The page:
Men exposed to pesticides known as organochlorines during adolescence may be at higher risk for abnormal sperm, according to new research.
Lead author Melissa Perry – professor and chair of the Department of Environmental and Occupational Health at the Milken Institute School of Public Health at George Washington University in Washington, DC – and colleagues publish their findings in the journal Environmental Health Perspectives.
In the US, organochlorine pesticides – such as dichloro-diphenyl-trichloroethane (DDT) and polychlorinated biphenyls (PCBs) – were widely used in agriculture and insect control between the 1950s and 1970s.
By the late 1970s, however, such compounds were banned in the US due to overwhelming evidence of the harm they may pose to the environment and animal and human health; they have been associated with increased risk for cancer, developmental delays and endocrine disruption.
Despite these risks, some tropical countries continue to use organochlorines, and even in countries that have banned their use, the chemicals can persist in soil and water for many years. In the US, individuals may be exposed to organochlorines through high consumption of meat, dairy products and fatty fish.
For their study, Perry and colleagues set out to determine how, for the first time, exposure to organochlorines during adolescence may impact sperm quality.
The team assessed the blood and sperm samples of 90 men aged 22-44 who lived in The Faroe Islands, where exposure to organochlorines is higher than normal due to high consumption of fish, including pilot whale meat and blubber.
For 33 of the men, blood samples were also taken at the age of 14, allowing researchers to measure levels of organochlorines and determine their exposure to the pollutants during adolescence, as well as in adulthood.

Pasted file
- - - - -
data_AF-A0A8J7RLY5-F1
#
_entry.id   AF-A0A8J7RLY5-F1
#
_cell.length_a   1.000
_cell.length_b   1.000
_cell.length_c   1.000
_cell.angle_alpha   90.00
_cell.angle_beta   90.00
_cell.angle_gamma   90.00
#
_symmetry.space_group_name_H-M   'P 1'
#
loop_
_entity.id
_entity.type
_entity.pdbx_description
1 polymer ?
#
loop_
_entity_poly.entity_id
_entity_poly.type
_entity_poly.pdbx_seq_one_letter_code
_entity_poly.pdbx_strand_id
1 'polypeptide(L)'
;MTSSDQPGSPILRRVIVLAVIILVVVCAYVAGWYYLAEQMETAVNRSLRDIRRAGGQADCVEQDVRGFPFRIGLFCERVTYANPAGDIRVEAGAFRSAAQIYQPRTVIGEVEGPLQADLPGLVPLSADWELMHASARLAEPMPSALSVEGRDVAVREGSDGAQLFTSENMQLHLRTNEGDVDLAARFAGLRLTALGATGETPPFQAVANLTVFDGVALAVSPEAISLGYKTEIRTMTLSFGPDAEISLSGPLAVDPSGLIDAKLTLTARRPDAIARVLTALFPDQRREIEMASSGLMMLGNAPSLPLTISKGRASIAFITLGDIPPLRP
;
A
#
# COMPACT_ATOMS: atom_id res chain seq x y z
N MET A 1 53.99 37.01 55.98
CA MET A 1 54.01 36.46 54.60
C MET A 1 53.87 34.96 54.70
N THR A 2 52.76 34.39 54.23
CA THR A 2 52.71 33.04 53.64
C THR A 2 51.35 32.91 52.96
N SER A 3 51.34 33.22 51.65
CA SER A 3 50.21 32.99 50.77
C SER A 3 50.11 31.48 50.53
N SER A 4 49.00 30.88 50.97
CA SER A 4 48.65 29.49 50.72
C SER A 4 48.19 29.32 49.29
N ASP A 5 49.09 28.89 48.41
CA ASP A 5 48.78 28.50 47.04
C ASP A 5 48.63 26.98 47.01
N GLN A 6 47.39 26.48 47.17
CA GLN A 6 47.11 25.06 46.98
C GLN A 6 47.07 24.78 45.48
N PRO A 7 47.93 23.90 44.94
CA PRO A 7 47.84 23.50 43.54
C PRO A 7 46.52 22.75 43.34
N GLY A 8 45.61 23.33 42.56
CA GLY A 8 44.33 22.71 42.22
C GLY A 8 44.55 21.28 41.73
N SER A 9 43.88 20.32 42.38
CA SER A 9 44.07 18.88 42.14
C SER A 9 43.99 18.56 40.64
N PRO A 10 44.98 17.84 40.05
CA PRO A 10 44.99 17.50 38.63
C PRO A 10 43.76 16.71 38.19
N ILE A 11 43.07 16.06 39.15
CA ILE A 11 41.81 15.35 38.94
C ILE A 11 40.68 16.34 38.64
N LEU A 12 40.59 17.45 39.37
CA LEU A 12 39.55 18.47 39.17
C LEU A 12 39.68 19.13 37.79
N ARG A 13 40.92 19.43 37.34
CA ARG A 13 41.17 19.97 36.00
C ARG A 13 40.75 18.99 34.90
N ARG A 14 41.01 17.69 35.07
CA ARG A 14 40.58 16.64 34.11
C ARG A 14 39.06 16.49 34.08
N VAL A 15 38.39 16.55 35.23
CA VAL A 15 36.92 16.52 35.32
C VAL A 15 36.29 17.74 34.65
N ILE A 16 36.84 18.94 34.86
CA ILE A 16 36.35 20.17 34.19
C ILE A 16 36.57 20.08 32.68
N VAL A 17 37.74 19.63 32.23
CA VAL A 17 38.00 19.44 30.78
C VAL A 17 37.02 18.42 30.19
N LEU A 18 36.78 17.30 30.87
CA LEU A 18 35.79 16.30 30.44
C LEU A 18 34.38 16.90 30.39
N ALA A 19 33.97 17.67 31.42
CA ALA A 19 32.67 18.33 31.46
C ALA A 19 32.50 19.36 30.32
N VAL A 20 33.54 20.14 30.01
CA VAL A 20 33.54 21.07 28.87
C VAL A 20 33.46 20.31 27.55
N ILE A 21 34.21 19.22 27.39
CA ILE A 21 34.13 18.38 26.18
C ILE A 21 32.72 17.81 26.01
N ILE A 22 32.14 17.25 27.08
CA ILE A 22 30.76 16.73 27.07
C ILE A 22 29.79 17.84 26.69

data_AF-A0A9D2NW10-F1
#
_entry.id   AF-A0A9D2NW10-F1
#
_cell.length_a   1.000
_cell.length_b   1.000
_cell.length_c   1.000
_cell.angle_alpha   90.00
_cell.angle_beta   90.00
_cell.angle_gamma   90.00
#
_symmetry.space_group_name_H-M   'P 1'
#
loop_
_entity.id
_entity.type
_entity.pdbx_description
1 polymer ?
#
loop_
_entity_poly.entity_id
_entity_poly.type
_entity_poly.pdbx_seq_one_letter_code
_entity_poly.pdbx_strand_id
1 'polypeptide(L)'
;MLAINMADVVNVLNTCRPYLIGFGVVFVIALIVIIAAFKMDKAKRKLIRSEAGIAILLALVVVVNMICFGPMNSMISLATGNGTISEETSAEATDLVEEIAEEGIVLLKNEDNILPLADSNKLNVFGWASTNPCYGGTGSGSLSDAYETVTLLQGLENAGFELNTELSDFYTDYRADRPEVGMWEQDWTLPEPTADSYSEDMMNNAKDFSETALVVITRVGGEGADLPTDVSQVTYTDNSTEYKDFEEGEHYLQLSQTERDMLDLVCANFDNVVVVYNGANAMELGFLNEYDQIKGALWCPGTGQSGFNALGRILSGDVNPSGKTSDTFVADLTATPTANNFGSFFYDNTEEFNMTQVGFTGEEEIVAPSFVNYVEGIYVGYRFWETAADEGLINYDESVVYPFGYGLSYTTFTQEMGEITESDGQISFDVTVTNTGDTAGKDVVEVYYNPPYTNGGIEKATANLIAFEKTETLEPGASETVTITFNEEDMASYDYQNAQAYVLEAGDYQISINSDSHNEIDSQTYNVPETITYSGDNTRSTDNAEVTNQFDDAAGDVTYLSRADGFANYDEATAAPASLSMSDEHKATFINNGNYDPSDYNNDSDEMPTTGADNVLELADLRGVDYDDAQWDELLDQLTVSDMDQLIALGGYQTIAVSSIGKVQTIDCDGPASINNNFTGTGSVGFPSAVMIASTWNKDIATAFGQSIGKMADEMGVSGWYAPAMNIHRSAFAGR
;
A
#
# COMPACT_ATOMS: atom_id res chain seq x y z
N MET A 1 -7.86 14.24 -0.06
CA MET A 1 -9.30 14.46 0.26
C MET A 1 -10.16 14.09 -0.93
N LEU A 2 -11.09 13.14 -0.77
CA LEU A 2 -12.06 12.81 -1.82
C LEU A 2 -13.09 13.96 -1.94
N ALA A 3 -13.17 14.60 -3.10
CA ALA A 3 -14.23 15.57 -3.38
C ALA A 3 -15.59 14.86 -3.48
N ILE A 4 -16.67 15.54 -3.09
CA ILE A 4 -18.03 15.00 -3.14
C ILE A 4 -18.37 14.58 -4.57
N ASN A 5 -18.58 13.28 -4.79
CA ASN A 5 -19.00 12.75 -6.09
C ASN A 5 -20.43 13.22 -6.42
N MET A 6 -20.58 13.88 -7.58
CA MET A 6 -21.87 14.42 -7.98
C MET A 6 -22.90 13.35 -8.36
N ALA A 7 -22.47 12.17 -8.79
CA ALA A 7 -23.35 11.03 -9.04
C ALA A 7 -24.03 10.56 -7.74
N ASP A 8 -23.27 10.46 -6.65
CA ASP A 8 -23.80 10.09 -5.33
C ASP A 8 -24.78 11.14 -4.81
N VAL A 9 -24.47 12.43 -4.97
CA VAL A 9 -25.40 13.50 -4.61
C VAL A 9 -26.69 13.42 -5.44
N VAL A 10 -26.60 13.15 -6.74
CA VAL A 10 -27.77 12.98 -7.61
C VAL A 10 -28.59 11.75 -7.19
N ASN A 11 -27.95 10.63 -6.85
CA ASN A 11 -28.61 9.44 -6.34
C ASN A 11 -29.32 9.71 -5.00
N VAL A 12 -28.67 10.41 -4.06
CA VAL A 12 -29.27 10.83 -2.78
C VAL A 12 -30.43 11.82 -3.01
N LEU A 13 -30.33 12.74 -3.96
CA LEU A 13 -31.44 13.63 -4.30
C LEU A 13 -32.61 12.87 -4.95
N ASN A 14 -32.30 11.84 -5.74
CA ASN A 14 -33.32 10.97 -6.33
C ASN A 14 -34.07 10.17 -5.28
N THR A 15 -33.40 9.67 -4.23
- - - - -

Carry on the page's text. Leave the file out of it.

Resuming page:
The researchers used an imaging technique created in Perry’s lab to assess the men’s sperm samples for signs of sperm disomy, where the sperm cells possess an abnormal number of chromosomes – a condition that has been associated with infertility.
The team found that the men whose blood samples contained higher levels of DDT and PCBs both in adolescence and adulthood had higher rates of sperm disomy than men whose blood samples contained lower levels of the pesticides.
The researchers say their findings support those of a previous study they conducted, which found American men who were part of a couple being treated for infertility and who had higher organochlorine concentrations in their blood were more likely to have sperm disomy.
According to the investigators, their findings should prompt policymakers to enforce harsher regulations for the use of pesticides and other chemicals that may pose harm to public health.
“This study, and others like it, suggest that any decisions about putting biologically active chemicals into the environment must be made very carefully as there can be unanticipated consequences down the road,” says Perry.
In addition, the team believes their findings emphasize the need for further investigation into how pesticide exposure may affect a man’s sperm quality. Perry adds:
“We need more research to find out how these organochlorine pollutants may be affecting the maturation of the testicles and their function. Exposure to these chemicals in adolescence may lead to reproductive problems years later.”
In the meantime, the researchers say there are a number of steps individuals can take to reduce their exposure to potentially harmful pesticides, such as reducing intake of foods that are high in animal fats and carefully selecting fish.
The Washington Toxins Coalition recommend checking with state advisories before consuming sport-caught fish or shellfish, as they can be high in DDT and PCBs. Atlantic salmon, wild striped bass, blue crab and American eel are some of the commercial fish that contain higher pesticide levels.
Earlier this year, Medical News Today reported on a study that identified poor sperm quality among men who consumed fruits and vegetables with high levels of pesticide residues.